I am making a lemon cake which will be sliced into small squares and put into cupcake liners. The cake is an oil based pound cake.
Question #1: Can I cover with white chocolate ganache, let harden, then cut? Does the cake need to be frozen first, or just cold?
Questions #2: What is the ratio for white chocolate ganache? is it like regular chocolate, 1:1 chocolate and cream? I will be using Nestle white chocolate chips. I tried a 1:2 ratio last week to make a whipped icing and it came out soupy, never got hard without lots of powdered sugar.
Question #3: This is kind of a "duh" question..... I'm assuming that I can apply the royal icing flowers later on with some melted chocolate? I was thinking of applying the flowers the day before.
Question#4: I will be buying lemon filling (curd?) to go in the middle, will it be alright as a thin layer or should I put it under the ganache on top? I was hoping to do just the icing on top and curd on the bottom, but is that practical? The cake will only be one layer (1.75" high).
Question #5: (last one, I promise) Can I freeze it with the lemon curd? I've never worked with curd before.
Thank you! These cakelettes are for a friend who is moving away to the other side of the country (from Florida to Washington state).
Q # 1 - You can cover the cake with ganache, then cut it, but I would cut it first and ganache the top and all sides (but that's just me). You could even pour the ganache over the squares before it go too hard to pour.
Q # 2 - The standard ratio for white chocoate is 3 (chocolate) to 1 (cream), which should be fine for your cake. When I am doing a large, stacked cake that needs to be sturdy, I use 4 to 1 ratio. Most people recommend using some other source of chocolate rather than white chocolate chips because they (supposedly) do not melt well. I've made a bunch of ganache with white chocolate chips, before I knew I wasn't supposed to, and it worked perfectly.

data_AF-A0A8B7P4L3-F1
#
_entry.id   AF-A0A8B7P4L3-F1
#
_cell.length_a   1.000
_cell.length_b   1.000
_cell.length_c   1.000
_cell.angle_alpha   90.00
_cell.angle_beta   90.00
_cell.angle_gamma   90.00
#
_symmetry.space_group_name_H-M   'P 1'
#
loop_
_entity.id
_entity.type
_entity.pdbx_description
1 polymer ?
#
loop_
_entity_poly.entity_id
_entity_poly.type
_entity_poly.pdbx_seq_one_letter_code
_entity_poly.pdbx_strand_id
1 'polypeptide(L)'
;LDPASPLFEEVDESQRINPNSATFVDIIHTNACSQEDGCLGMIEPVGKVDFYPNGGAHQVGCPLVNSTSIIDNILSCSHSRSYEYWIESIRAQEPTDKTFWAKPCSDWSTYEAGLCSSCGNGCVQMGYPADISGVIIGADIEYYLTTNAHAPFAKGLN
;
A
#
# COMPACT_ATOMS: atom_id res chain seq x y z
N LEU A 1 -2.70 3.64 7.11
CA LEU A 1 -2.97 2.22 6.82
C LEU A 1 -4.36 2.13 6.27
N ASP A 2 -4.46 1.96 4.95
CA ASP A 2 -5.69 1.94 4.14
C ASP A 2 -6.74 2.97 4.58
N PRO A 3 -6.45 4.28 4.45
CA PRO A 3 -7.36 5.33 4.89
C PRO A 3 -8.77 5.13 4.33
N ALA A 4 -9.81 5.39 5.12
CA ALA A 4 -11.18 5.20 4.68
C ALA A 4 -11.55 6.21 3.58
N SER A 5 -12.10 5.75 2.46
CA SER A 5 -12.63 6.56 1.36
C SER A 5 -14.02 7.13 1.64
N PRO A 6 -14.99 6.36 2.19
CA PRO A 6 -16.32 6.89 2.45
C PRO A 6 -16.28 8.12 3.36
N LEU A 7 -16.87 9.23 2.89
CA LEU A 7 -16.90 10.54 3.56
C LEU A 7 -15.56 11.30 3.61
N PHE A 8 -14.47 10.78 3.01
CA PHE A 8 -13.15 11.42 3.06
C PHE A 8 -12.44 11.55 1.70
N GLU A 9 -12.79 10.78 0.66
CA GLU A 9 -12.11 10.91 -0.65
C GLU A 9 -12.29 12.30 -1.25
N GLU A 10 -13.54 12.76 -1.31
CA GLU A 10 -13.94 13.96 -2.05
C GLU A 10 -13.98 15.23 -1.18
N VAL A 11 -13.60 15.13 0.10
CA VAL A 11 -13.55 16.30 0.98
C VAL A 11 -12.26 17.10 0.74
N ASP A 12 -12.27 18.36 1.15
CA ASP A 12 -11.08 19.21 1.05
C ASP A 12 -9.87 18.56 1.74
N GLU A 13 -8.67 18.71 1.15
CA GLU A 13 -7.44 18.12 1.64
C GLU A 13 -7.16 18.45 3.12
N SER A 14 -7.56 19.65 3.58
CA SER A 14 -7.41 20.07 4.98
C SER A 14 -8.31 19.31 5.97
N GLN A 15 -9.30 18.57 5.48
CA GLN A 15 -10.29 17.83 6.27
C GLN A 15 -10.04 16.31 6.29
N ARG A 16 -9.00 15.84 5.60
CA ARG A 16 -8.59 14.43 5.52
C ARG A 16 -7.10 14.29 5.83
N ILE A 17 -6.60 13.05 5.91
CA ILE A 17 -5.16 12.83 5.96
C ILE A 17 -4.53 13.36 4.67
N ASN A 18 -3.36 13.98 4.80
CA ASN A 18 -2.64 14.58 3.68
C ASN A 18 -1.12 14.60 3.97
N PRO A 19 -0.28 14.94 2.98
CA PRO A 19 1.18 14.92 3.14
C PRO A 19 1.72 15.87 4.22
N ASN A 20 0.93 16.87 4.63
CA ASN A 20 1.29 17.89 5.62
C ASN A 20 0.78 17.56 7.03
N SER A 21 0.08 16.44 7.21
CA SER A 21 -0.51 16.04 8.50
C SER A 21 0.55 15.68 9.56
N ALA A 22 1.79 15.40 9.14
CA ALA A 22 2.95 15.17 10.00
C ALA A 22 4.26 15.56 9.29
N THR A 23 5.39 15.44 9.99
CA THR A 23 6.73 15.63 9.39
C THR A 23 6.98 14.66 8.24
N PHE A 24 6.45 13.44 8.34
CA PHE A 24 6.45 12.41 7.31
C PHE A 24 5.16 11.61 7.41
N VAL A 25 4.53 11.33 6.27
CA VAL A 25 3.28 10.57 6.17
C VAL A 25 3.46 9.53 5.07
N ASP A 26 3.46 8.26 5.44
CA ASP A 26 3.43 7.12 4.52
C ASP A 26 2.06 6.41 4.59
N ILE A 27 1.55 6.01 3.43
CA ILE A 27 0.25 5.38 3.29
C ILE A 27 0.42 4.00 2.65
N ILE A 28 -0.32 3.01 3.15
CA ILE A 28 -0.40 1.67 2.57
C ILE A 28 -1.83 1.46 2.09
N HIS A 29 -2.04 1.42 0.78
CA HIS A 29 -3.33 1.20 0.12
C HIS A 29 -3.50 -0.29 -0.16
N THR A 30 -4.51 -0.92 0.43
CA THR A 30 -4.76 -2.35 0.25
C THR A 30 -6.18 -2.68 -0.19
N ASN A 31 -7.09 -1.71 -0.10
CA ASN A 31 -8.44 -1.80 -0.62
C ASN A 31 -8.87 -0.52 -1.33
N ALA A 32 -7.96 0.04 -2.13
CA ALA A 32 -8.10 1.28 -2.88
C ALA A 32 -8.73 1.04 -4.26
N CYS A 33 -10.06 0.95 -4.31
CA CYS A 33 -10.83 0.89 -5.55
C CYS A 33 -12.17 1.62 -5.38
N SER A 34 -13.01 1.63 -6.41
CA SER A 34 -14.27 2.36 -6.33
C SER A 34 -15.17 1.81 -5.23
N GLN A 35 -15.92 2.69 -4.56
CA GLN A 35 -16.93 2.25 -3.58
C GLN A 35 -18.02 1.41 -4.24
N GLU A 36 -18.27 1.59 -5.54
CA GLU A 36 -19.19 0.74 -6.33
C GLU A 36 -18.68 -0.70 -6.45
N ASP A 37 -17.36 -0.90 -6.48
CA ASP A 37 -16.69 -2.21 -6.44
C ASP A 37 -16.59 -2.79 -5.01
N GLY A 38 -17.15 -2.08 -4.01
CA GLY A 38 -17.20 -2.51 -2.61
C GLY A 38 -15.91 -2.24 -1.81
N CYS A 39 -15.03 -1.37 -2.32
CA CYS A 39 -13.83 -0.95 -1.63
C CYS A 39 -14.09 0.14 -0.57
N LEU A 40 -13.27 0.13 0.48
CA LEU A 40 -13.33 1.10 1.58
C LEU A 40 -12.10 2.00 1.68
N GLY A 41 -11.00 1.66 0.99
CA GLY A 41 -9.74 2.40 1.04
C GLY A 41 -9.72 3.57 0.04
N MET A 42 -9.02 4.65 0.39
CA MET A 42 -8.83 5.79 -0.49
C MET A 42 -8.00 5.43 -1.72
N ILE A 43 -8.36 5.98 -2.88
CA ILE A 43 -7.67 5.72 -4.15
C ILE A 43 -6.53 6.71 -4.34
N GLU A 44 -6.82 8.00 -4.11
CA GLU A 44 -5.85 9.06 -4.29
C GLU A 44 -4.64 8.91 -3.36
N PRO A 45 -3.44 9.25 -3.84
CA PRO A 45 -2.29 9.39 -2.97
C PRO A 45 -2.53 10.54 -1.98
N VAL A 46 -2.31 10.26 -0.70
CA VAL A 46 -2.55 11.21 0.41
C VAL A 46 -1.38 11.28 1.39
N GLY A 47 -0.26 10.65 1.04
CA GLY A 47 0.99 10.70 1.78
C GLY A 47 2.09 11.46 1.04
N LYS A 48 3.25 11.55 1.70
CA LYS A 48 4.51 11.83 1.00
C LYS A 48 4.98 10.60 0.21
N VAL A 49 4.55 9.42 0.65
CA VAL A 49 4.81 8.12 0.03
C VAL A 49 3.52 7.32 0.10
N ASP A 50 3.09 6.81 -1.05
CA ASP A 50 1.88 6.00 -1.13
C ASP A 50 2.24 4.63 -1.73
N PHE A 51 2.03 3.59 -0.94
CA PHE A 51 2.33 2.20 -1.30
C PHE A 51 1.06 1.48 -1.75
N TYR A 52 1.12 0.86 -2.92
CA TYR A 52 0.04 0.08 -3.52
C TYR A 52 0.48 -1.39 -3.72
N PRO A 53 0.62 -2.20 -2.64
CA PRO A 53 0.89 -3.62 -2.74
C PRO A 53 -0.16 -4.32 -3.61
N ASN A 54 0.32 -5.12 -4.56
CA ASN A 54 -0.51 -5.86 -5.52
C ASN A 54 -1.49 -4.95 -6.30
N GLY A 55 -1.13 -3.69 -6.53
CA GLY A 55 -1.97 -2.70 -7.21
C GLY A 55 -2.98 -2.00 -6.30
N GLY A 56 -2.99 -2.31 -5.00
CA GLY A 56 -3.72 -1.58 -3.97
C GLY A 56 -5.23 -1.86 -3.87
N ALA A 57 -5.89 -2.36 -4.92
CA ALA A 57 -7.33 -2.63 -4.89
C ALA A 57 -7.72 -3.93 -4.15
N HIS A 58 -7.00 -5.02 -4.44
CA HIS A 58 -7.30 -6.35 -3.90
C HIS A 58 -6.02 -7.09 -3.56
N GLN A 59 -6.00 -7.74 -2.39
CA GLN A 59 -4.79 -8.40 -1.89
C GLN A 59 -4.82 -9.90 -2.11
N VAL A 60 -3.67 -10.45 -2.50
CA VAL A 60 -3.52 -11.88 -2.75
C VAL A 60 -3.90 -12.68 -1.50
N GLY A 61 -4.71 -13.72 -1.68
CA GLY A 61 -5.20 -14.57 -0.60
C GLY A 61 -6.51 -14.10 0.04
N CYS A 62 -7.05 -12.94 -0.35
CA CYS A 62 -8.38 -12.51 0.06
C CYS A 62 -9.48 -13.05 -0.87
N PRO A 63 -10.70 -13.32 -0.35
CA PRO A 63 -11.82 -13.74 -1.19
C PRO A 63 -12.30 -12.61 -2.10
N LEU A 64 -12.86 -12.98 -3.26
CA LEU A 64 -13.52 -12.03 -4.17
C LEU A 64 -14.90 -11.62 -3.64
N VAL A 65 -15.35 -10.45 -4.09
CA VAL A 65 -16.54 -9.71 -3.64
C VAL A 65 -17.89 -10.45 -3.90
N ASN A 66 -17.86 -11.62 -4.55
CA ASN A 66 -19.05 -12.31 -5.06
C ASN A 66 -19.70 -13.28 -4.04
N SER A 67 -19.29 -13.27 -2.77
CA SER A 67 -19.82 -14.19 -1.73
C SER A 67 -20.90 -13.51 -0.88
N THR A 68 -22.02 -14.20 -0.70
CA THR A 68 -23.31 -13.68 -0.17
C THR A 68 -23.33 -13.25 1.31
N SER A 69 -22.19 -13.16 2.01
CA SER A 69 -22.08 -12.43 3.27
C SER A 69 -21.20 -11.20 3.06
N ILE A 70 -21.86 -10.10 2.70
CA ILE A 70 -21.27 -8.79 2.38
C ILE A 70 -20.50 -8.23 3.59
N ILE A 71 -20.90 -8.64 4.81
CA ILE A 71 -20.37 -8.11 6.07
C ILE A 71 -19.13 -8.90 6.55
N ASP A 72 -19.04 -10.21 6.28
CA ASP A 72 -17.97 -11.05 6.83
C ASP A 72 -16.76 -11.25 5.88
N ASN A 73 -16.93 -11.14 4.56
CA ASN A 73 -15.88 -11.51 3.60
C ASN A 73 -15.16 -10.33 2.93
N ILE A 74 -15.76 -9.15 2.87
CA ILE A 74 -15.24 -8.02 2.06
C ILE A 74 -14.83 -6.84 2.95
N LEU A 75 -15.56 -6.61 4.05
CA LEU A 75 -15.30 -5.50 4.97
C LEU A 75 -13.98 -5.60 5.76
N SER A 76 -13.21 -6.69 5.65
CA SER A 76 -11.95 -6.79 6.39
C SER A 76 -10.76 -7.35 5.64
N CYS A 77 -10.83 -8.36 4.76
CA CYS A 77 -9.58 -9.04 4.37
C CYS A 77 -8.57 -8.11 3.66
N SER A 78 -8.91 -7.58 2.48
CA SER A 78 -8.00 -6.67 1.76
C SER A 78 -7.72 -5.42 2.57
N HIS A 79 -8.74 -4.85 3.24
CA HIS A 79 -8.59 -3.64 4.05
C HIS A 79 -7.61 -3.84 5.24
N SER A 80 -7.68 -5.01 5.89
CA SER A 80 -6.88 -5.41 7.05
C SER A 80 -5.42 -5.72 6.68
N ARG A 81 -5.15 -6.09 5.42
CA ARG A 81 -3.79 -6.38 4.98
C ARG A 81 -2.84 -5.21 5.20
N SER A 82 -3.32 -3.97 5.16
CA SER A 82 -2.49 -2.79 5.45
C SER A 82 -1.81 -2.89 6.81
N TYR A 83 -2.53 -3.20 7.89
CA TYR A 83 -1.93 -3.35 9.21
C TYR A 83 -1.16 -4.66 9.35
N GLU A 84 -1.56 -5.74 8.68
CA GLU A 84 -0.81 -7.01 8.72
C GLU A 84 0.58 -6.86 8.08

Q # 3 - Yes, you can attach your flowers with a dot of melted chocolate or a dot of royal icing.
Q # 4 - Lemon curd is not sturdy and would not hold up either on top of the cake or under the cake. When using as a filling between layers, it is necessary to use a sturdy buttercream dam to keep it in place. I would recommend you inject it into your cake squares as you would a filling for a cupcake. In fact, maybe it would be easier to make cupcakes from the start.
Q # 5 - Yes, you can freeze lemon curd. I've often made curd when I had a surplus of lemons and frozen it until needed.
Thank you. I may go the mini cupcake route and forgo the lemon curd. I'll try that ratio and use different white chocolate. My other kind melted, but didn't mix very well (probably too much cream, it was a very hectic day for both my kiddos). I also think I'll use my lighter cupcake recipe instead of the pound cake and top mini cupcakes with white chocolate ganache while in the wrappers.
You said your ganache did not mix very well - it takes a good bit of stirring before the chocolate and cream are completely incorporated. If you find that you chocolate is not wanting to melt, you can pop it in the microwave for a few seconds (maybe 5 to 7 seconds) and stir very well after each nuking until completely melted and combined with the cream. Then let it set or refrigerate until it reaches the desired consistency. If you are planning to pipe it on top of cupcakes, you may want to beat it a little bit before adding it to the piping bag, just to add fluff.